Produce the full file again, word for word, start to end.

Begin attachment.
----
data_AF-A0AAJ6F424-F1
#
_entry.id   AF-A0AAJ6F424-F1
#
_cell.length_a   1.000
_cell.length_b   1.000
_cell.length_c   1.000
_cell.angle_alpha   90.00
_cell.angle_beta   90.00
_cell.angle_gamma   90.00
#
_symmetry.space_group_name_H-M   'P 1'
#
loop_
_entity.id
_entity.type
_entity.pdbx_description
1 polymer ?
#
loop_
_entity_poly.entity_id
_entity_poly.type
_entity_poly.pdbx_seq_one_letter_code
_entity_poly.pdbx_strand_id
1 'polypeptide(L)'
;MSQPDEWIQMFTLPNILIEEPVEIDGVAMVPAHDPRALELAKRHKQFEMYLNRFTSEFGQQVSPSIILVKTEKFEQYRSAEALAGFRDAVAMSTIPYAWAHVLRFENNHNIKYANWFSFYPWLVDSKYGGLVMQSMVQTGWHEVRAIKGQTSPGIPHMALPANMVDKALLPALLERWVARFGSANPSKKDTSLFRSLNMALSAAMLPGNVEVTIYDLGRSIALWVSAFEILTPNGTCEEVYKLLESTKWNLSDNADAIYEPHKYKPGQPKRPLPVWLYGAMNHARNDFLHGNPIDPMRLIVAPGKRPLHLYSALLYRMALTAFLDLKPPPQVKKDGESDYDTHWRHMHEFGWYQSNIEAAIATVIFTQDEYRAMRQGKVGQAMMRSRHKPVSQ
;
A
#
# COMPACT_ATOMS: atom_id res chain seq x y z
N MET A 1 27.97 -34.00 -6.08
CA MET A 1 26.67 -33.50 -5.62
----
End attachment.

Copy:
data_AF-A0AAJ6F424-F1
#
_entry.id   AF-A0AAJ6F424-F1
#
_cell.length_a   1.000
_cell.length_b   1.000
_cell.length_c   1.000
_cell.angle_alpha   90.00
_cell.angle_beta   90.00
_cell.angle_gamma   90.00
#
_symmetry.space_group_name_H-M   'P 1'
#
loop_
_entity.id
_entity.type
_entity.pdbx_description
1 polymer ?
#
loop_
_entity_poly.entity_id
_entity_poly.type
_entity_poly.pdbx_seq_one_letter_code
_entity_poly.pdbx_strand_id
1 'polypeptide(L)'
;MSQPDEWIQMFTLPNILIEEPVEIDGVAMVPAHDPRALELAKRHKQFEMYLNRFTSEFGQQVSPSIILVKTEKFEQYRSAEALAGFRDAVAMSTIPYAWAHVLRFENNHNIKYANWFSFYPWLVDSKYGGLVMQSMVQTGWHEVRAIKGQTSPGIPHMALPANMVDKALLPALLERWVARFGSANPSKKDTSLFRSLNMALSAAMLPGNVEVTIYDLGRSIALWVSAFEILTPNGTCEEVYKLLESTKWNLSDNADAIYEPHKYKPGQPKRPLPVWLYGAMNHARNDFLHGNPIDPMRLIVAPGKRPLHLYSALLYRMALTAFLDLKPPPQVKKDGESDYDTHWRHMHEFGWYQSNIEAAIATVIFTQDEYRAMRQGKVGQAMMRSRHKPVSQ
;
A
#
# COMPACT_ATOMS: atom_id res chain seq x y z
N MET A 1 27.97 -34.00 -6.08
CA MET A 1 26.67 -33.50 -5.62